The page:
Our evaluation found that girls in the ‘project’ villages exhibited significantly higher levels of knowledge, about the minimum legal age at marriage, contraception and pregnancy. They also displayed more positive gender role attitudes–for example, that boys are no better than girls in studies, that girls should be allowed to decide when and whom they marry, and that girls can take up occupations traditionally reserved for men.
While these results validated our intervention, like many others they also exposed a critical exclusion on our part.
The girls who participated in our programme were a self-selected group. They came from better off, landed and general caste households, and were better educated than the girls who had not joined the programme.
We had failed to reach the most vulnerable.
Many of these girls were already displaying greater self-confidence and could communicate confidently with peers in group settings. We had failed to reach the most vulnerable.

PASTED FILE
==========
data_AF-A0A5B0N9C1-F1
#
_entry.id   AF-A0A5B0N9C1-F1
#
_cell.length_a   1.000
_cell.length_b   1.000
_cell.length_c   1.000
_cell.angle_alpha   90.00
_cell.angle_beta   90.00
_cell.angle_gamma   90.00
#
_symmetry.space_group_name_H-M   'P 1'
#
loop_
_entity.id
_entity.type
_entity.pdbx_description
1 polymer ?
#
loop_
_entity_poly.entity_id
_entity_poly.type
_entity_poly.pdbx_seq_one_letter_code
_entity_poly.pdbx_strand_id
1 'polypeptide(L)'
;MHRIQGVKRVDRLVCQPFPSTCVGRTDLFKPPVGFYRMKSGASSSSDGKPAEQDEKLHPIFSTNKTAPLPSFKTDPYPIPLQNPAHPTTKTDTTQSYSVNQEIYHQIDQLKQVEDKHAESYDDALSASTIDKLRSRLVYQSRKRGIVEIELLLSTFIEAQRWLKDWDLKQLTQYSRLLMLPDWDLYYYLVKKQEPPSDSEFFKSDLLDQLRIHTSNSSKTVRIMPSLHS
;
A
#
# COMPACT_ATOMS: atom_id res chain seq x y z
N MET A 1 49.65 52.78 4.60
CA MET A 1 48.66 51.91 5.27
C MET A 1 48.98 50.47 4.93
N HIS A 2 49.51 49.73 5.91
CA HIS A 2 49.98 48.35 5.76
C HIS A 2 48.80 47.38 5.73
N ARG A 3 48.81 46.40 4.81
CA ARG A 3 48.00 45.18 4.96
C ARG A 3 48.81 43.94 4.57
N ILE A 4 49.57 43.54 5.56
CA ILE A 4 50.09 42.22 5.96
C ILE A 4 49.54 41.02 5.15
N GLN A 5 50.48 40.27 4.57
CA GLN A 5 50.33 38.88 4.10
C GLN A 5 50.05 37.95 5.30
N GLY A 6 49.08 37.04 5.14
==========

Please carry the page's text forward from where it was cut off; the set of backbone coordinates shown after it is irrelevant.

What we had been optimistically attributing to the programme was nothing more than a comparison between better off girls in our programme and a representative sample of all girls in the comparison sites. And so the behavioural changes that we were associating with our intervention were skewed. We had unwittingly excluded the most vulnerable–the Dalit, the Muslim, the out-of-school and the married.
So what lessons can a programme implementer and an evaluator draw from this example?